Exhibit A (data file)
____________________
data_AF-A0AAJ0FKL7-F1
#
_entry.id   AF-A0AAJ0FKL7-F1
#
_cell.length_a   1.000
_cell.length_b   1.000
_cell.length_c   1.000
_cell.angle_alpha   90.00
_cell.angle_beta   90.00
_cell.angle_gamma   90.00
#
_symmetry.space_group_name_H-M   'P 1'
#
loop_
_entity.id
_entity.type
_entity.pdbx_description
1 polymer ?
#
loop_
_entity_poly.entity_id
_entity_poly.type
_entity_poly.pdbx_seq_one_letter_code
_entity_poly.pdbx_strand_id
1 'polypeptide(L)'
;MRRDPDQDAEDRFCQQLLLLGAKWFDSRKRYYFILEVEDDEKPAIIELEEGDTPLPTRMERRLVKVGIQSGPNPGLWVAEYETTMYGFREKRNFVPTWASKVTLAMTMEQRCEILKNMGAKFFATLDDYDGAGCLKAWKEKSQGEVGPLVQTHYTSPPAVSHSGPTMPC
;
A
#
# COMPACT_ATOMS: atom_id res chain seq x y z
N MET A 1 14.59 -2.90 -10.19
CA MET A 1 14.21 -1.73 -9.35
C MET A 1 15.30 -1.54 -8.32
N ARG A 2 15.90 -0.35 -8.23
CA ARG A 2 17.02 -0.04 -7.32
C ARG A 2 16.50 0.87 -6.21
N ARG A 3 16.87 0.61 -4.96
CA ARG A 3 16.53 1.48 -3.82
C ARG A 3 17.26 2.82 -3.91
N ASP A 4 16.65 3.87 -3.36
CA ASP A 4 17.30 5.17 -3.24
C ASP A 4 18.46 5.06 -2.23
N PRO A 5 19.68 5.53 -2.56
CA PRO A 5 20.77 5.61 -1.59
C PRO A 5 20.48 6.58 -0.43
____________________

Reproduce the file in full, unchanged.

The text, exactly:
data_AF-A0AAJ0FKL7-F1
#
_entry.id   AF-A0AAJ0FKL7-F1
#
_cell.length_a   1.000
_cell.length_b   1.000
_cell.length_c   1.000
_cell.angle_alpha   90.00
_cell.angle_beta   90.00
_cell.angle_gamma   90.00
#
_symmetry.space_group_name_H-M   'P 1'
#
loop_
_entity.id
_entity.type
_entity.pdbx_description
1 polymer ?
#
loop_
_entity_poly.entity_id
_entity_poly.type
_entity_poly.pdbx_seq_one_letter_code
_entity_poly.pdbx_strand_id
1 'polypeptide(L)'
;MRRDPDQDAEDRFCQQLLLLGAKWFDSRKRYYFILEVEDDEKPAIIELEEGDTPLPTRMERRLVKVGIQSGPNPGLWVAEYETTMYGFREKRNFVPTWASKVTLAMTMEQRCEILKNMGAKFFATLDDYDGAGCLKAWKEKSQGEVGPLVQTHYTSPPAVSHSGPTMPC
;
A
#
# COMPACT_ATOMS: atom_id res chain seq x y z
N MET A 1 14.59 -2.90 -10.19
CA MET A 1 14.21 -1.73 -9.35
C MET A 1 15.30 -1.54 -8.32
N ARG A 2 15.90 -0.35 -8.23
CA ARG A 2 17.02 -0.04 -7.32
C ARG A 2 16.50 0.87 -6.21
N ARG A 3 16.87 0.61 -4.96
CA ARG A 3 16.53 1.48 -3.82
C ARG A 3 17.26 2.82 -3.91
N ASP A 4 16.65 3.87 -3.36
CA ASP A 4 17.30 5.17 -3.24
C ASP A 4 18.46 5.06 -2.23
N PRO A 5 19.68 5.53 -2.56
CA PRO A 5 20.77 5.61 -1.59
C PRO A 5 20.48 6.58 -0.43